In 2018, Mr. Conley filed a pro se habeas petition, and Judge Coleman appointed Mike to represent Mr. Conley. Leigh joined the team at the start, as did Theo, who was part of the team for the habeas briefing. Eric joined the team last fall. Judge Coleman denied the habeas petition, but certified for appeal the argument that Mr. Conley’s conviction should be reversed on due process grounds, and because the fake stash house scheme targeted people of color. The team is continuing to prosecute that appeal.
With the habeas appeal being briefed, the team filed a motion for a sentence reduction under the First Step Act, also known as compassionate release. Leigh and Eric argued the motion in January, under Mike’s supervision. On March 4, Judge Coleman granted the motion and ordered Mr. Conley’s sentence reduced to time served. Judge Coleman accepted the team’s arguments that the circumstances demonstrated extraordinary and compelling reasons for compassionate release. She noted that Mr. Conley had never even met Mr. Flowers before the day of the planned “robbery,” and that Mr. Conley’s sentence was driven by the government’s decision of what charges to bring, not the Court’s decision of what sentence was warranted. That sentence was “grossly disproportionate,” “devoid of true fairness,” and served “no real purpose other than to destroy any vestiges of respect in our legal system and law enforcement that this defendant and his community may have had.” His disproportionate sentence was a “trial tax.” She concluded that “if there ever was a situation where compassionate release was warranted based on the injustice and unfairness of a prosecution and resulting sentence, this is it.”
Mr. Conley was released on March 17, after serving nearly 10 years in prison. He is now home.
Partner Michael T. Brody and Associates Leigh J. Jahnig, Eric S. Fleddermann, and Theo A. Lesczynski represented Mr. Conley in this important matter.
On October 22, a Jenner & Block team partnered with The Legal Aid Society to file a lawsuit pro bono in New York State Supreme Court on behalf of the Coalition for the Homeless and single adult New Yorkers who are experiencing homelessness. The lawsuit is against the City of New York, the Department of Social Services, and the Department of Homeless Services for failing to take appropriate action to provide safe shelter for single adults that protects them from aerosol transmission of COVID-19. A press release published by the Legal Aid Society notes that despite the large amount of vacant hotel rooms, and federal funding explicitly available for the purpose of housing adult homeless individuals, the City has taken only half-measures to protect this vulnerable group. The lawsuit seeks to require that the City offer a single-occupancy hotel room to single adult homeless New Yorkers for the duration of the pandemic, among other forms of relief.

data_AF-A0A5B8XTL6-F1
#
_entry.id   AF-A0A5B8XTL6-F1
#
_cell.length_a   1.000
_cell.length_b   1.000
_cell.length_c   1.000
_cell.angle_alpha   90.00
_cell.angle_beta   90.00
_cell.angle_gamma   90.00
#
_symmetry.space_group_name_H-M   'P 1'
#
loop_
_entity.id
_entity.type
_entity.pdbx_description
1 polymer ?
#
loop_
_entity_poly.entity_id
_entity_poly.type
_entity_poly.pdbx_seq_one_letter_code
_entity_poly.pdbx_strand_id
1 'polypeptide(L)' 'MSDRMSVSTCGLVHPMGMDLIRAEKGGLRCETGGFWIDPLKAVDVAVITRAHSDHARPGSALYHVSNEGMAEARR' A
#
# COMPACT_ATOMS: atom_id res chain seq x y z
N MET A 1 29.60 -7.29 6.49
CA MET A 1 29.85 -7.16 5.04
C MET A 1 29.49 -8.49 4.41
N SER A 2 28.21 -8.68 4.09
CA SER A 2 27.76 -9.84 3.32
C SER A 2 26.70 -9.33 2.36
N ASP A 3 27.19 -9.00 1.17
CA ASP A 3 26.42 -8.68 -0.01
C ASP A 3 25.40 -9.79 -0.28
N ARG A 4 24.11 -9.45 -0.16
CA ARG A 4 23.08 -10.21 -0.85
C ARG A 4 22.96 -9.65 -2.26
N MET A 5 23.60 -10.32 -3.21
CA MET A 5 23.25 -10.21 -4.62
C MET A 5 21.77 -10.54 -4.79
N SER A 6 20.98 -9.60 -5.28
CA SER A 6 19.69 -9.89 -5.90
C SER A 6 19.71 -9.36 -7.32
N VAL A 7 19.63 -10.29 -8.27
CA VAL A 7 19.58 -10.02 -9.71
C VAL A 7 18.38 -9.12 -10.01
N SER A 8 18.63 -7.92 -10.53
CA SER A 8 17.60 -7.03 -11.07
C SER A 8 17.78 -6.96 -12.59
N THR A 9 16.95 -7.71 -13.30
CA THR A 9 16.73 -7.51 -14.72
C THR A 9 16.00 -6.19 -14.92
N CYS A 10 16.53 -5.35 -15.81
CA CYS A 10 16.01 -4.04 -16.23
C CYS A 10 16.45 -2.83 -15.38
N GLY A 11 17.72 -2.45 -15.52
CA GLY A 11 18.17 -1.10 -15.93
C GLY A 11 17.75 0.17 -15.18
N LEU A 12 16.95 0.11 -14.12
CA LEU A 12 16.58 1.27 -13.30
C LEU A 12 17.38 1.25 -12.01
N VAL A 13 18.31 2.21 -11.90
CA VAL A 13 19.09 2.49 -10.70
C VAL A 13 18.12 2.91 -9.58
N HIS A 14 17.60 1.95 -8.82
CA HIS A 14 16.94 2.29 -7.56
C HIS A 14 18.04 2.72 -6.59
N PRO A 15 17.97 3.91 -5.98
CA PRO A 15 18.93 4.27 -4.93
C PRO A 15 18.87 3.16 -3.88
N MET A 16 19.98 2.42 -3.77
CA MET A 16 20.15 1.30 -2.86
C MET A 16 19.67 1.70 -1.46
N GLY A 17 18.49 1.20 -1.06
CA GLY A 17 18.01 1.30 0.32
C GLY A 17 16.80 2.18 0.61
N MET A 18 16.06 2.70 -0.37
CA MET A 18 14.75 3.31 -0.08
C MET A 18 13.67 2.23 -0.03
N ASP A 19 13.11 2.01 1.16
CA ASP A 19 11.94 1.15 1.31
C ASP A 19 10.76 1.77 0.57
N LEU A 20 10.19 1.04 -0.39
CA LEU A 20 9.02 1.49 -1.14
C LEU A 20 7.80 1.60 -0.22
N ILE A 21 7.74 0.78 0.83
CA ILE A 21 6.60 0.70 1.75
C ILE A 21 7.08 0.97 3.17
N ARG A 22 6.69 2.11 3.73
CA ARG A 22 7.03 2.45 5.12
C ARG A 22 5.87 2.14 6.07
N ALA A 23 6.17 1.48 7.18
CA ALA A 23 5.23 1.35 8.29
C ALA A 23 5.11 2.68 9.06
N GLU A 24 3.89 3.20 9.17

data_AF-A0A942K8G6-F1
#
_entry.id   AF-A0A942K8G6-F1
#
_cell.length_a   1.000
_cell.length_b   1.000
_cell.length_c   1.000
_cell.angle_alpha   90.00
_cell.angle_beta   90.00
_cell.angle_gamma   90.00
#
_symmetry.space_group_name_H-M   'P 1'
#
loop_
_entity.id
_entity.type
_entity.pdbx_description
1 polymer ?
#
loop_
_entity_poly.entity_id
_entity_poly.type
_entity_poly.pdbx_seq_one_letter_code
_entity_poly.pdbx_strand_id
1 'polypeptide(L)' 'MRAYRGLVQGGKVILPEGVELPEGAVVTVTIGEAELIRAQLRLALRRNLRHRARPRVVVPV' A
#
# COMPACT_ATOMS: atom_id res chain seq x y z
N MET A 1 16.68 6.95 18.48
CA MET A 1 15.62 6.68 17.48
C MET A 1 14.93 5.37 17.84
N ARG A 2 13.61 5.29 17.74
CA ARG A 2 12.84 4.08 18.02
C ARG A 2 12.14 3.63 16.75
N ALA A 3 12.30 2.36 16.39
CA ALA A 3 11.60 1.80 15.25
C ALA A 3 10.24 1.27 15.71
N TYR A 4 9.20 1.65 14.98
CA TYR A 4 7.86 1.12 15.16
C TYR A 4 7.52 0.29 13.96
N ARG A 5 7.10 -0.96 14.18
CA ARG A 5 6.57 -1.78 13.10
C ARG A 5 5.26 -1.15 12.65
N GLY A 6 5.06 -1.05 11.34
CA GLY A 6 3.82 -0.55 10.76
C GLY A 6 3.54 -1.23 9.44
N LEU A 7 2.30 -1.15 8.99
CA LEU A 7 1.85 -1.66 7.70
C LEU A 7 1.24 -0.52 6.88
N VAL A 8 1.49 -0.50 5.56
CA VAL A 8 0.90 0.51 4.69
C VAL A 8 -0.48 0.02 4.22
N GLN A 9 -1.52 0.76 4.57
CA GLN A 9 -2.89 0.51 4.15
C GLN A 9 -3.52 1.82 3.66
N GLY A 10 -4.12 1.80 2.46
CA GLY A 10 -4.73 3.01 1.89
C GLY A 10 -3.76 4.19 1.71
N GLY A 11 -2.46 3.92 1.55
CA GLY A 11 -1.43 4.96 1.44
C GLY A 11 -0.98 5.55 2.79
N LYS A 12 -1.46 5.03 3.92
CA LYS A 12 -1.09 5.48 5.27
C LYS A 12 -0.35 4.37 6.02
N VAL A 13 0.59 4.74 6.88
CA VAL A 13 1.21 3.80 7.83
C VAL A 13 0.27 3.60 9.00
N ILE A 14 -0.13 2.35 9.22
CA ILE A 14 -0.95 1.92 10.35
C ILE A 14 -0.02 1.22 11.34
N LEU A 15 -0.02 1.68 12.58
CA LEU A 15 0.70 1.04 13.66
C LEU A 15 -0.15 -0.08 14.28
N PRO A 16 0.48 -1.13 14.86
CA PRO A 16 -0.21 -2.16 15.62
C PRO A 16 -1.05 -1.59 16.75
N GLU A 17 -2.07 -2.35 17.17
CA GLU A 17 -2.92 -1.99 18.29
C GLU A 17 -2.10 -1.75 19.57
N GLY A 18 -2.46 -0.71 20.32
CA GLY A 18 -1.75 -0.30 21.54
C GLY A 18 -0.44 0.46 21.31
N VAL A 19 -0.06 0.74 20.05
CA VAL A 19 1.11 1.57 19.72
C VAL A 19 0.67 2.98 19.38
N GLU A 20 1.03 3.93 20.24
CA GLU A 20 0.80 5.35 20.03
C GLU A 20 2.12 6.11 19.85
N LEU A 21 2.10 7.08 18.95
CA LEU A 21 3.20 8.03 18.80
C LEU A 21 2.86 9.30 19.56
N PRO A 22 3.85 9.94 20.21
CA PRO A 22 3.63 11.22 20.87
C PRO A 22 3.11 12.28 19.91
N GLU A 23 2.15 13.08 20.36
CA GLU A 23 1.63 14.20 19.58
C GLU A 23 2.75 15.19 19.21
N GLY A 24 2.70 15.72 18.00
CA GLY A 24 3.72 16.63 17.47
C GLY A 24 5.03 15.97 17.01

The lawsuit was brought under the Americans with Disabilities Act, Section 504 of the Rehabilitation Act, the Due Process Clause of the United States and New York State Constitutions, the New York State Human Rights Law, the New York State Social Services Law and its implementing regulations, and the New York City Human Rights Law.
“To fight the coronavirus effectively, all New Yorkers – including those in need of shelter – need the ability to remain socially distanced,” Ms. Smalls said in the press release, “The City has an obligation under the New York State Constitution to provide safe shelter to our most vulnerable New Yorkers. We intend to ensure they fulfill it.”
On July 16, the Illinois Appellate Court ruled that a state historic preservation law prevents local authorities from demolishing the nearly 125-year-old Rock Island County Courthouse. Justice William E. Holdridge wrote in a 46-page opinion that neither Rock Island County, nor the Chief Judge of the Rock Island Circuit Court could order the courthouse demolished without first complying with the Illinois State Agency Historic Resources Preservation Act. Under that Act, the Illinois Department of Natural Resources and the Illinois Environmental Protection Agency must undergo a process to look for alternatives to demolition. The Appellate Court enjoined any demolition until the county complies with the state law.